Internal combustion engine
"ICEV" redirects here. For the form of water ice, see Ice V. For the high speed train, see ICE V.
Diagram of a cylinder as found in 4-stroke gasoline engines.:
C ? crankshaft.
E ? exhaust camshaft.
I ? inlet camshaft.
P ? piston.
R ? connecting rod.
S ? spark plug.
V ? valves. red: exhaust, blue: intake.
W ? cooling water jacket.
gray structure ? engine block.
Diagram describing the ideal combustion cycle by Carnot
An internal combustion engine (ICE) is a heat engine where the combustion of a fuel occurs with an oxidizer (usually air) in a combustion chamber that is an integral part of the working fluid flow circuit. In an internal combustion engine the expansion of the high-temperature and high-pressure gases produced by combustion apply direct force to some component of the engine. The force is applied typically to pistons, turbine blades, rotor or a nozzle. This force moves the component over a distance, transforming chemical energy into useful mechanical energy.
The first commercially successful internal combustion engine was created by Étienne Lenoir around 18591 and the first modern internal combustion engine was created in 1876 by Nikolaus Otto (see Otto engine).
The term internal combustion engine usually refers to an engine in which combustion is intermittent, such as the more familiar four-stroke and two-stroke piston engines, along with variants, such as the six-stroke piston engine and the Wankel rotary engine. A second class of internal combustion engines use continuous combustion: gas turbines, jet engines and most rocket engines, each of which are internal combustion engines on the same principle as previously described.12 Firearms are also a form of internal combustion engine.2
Internal combustion engines are quite different from external combustion engines, such as steam or Stirling engines, in which the energy is delivered to a working fluid not consisting of, mixed with, or contaminated by combustion products. Working fluids can be air, hot water, pressurized water or even liquid sodium, heated in a boiler. ICEs are usually powered by energy-dense fuels such as gasoline or diesel, liquids derived from fossil fuels. While there are many stationary applications, most ICEs are used in mobile applications and are the dominant power supply for vehicles such as cars, aircraft, and boats.
Typically an ICE is fed with fossil fuels like natural gas or petroleum products such as gasoline, diesel fuel or fuel oil. There's a growing usage of renewable fuels like biodiesel for compression ignition engines and bioethanol or methanol for spark ignition engines. Hydrogen is sometimes used, and can be made from either fossil fuels or renewable energy.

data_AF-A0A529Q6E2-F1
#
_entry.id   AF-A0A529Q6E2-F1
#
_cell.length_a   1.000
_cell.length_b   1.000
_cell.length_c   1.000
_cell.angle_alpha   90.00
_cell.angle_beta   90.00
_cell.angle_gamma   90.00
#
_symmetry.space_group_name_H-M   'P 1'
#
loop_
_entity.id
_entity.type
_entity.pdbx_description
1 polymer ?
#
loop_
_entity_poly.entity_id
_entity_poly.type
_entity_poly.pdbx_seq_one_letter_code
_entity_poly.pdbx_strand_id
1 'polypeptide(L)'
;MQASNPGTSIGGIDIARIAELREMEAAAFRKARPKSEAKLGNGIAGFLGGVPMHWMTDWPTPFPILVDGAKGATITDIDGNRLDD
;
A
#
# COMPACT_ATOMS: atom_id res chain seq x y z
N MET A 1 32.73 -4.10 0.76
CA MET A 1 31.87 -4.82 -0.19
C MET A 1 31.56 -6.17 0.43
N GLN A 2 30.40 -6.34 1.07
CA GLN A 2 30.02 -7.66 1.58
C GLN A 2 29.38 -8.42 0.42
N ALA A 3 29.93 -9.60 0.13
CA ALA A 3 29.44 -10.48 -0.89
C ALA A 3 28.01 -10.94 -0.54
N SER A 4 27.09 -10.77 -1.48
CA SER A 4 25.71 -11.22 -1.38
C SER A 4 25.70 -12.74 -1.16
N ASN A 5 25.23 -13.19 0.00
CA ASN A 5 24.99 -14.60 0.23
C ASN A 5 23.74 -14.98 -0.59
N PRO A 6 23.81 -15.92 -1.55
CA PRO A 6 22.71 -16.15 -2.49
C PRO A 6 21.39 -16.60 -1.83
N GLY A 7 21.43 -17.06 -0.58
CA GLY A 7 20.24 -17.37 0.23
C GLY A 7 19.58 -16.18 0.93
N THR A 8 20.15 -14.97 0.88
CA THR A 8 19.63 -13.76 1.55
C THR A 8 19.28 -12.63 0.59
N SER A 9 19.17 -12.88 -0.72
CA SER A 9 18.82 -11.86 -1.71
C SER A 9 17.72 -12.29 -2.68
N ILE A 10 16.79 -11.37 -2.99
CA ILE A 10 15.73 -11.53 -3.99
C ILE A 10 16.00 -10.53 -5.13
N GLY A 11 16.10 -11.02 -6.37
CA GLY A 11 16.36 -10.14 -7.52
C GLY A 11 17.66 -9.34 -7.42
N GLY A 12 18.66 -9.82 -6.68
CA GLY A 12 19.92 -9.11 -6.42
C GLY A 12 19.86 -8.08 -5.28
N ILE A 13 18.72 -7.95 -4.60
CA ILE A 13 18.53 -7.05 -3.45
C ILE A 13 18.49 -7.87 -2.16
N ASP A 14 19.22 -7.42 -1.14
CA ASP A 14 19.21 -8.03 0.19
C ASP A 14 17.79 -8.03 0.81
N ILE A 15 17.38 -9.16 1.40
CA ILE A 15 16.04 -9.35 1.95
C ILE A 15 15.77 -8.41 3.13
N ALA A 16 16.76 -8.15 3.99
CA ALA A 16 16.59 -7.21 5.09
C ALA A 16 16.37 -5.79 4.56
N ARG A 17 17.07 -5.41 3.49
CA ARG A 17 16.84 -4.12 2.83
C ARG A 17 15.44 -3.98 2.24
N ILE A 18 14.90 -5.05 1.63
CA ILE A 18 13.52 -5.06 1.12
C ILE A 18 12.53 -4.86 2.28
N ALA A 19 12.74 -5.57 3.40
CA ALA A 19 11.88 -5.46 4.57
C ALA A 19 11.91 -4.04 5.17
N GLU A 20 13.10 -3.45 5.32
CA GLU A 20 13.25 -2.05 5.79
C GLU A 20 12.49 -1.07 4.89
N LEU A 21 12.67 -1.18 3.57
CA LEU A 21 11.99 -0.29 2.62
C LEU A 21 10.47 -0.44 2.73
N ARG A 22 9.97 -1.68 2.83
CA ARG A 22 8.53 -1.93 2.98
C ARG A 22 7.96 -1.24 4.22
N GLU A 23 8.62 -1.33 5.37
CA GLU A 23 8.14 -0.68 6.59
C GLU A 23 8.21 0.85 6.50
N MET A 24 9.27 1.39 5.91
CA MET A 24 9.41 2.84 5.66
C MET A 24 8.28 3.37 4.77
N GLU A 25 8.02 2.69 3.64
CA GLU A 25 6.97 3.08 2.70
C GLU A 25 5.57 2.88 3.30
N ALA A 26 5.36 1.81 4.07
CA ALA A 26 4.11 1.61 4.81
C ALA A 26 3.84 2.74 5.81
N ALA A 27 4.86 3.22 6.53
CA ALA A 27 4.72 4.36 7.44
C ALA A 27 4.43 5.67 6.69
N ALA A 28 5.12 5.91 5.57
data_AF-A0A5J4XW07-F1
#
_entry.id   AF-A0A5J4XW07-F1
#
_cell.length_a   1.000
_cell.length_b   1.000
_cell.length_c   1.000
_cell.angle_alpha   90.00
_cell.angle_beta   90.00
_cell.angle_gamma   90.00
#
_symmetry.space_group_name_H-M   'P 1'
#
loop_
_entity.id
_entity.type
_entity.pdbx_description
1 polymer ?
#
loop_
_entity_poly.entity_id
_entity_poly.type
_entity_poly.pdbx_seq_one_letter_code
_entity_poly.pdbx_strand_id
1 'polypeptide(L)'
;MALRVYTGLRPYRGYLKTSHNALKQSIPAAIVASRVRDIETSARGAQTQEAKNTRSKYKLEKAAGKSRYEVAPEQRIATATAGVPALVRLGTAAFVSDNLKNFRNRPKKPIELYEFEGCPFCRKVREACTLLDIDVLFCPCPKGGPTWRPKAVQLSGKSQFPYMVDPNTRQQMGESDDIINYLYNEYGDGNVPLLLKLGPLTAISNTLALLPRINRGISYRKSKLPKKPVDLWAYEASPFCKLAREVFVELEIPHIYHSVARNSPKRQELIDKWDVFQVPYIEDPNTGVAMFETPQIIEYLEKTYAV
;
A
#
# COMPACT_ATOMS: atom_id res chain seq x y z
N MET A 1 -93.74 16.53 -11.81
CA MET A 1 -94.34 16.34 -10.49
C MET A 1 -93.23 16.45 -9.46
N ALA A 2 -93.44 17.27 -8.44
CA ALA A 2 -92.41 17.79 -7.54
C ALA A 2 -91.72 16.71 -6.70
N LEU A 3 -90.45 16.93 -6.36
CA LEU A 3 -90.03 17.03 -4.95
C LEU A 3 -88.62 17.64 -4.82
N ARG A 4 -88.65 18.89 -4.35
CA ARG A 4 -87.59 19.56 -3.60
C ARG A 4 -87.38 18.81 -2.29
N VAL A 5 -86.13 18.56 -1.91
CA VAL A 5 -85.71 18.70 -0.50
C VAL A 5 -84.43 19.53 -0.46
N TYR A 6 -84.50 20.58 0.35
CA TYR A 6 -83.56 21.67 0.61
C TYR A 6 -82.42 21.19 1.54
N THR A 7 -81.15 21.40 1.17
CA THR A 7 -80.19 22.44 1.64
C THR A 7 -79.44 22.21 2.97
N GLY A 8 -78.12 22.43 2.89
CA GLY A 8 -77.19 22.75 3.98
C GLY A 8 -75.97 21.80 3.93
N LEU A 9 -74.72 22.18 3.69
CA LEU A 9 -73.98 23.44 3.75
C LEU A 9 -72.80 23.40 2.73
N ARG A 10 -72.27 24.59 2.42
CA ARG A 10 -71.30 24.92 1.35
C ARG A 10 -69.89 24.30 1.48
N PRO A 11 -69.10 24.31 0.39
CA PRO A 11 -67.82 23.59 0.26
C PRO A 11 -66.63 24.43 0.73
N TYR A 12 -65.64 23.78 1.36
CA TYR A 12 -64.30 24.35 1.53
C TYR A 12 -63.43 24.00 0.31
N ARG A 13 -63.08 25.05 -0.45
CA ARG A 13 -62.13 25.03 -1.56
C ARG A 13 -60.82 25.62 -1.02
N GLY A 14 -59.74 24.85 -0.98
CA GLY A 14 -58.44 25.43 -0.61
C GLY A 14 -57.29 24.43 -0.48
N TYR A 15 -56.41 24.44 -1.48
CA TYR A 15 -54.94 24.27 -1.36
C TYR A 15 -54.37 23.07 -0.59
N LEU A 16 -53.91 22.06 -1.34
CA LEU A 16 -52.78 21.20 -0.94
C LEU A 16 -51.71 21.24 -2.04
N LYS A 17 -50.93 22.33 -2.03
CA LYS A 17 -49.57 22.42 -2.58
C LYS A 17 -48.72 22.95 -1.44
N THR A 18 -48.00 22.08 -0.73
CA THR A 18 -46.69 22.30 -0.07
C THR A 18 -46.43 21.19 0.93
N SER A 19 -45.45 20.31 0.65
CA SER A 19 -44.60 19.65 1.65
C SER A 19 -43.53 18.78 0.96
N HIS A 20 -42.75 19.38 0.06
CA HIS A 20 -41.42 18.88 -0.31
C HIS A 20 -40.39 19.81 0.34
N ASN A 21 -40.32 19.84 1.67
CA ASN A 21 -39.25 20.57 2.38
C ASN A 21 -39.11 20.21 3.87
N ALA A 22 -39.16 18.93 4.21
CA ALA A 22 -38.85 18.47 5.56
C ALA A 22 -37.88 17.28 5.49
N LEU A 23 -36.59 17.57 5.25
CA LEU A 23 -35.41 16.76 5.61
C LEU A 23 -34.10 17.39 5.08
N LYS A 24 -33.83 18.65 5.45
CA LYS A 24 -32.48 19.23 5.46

About Autonomous car
Fully autonomous vehicles, also known as driverless cars, already exist in prototype (such as the Google driverless car), and are expected to be commercially available around 2020. According to urban designer and futurist Michael E. Arth, driverless electric vehicles?in conjunction with the increased use of virtual reality for work, travel, and pleasure?could reduce the world's 800 million vehicles to a fraction of that number within a few decades.59 This would be possible if almost all private cars requiring drivers, which are not in use and parked 90% of the time, would be traded for public self-driving taxis that would be in near constant use. This would also allow for getting the appropriate vehicle for the particular need?a bus could come for a group of people, a limousine could come for a special night out, and a Segway could come for a short trip down the street for one person. Children could be chauffeured in supervised safety, DUIs would no longer exist, and 41,000 lives could be saved each year in the US alone.6061
Car - about fuel
Most cars in use today are propelled by an internal combustion engine, fueled by deflagration of gasoline or diesel. Both fuels are known to cause air pollution and are also blamed for contributing to climate change and global warming.4 Rapidly increasing oil prices, concerns about oil dependence, tightening environmental laws and restrictions on greenhouse gas emissions are propelling work on alternative power systems for cars. Efforts to improve or replace existing technologies include the development of hybrid vehicles, plug-in electric vehicles and hydrogen vehicles. Vehicles using alternative fuels such as ethanol flexible-fuel vehicles and natural gas vehicles are also gaining popularity in some countries. Cars for racing or speed records have sometimes employed jet or rocket engines, but these are impractical for common use.
Oil consumption in the twentieth and twenty-first centuries has been abundantly pushed by car growth; the 1985?2003 oil glut even fuelled the sales of low-economy vehicles in OECD countries. The BRIC countries are adding to this consumption; in December 2009 China was briefly the largest car market.35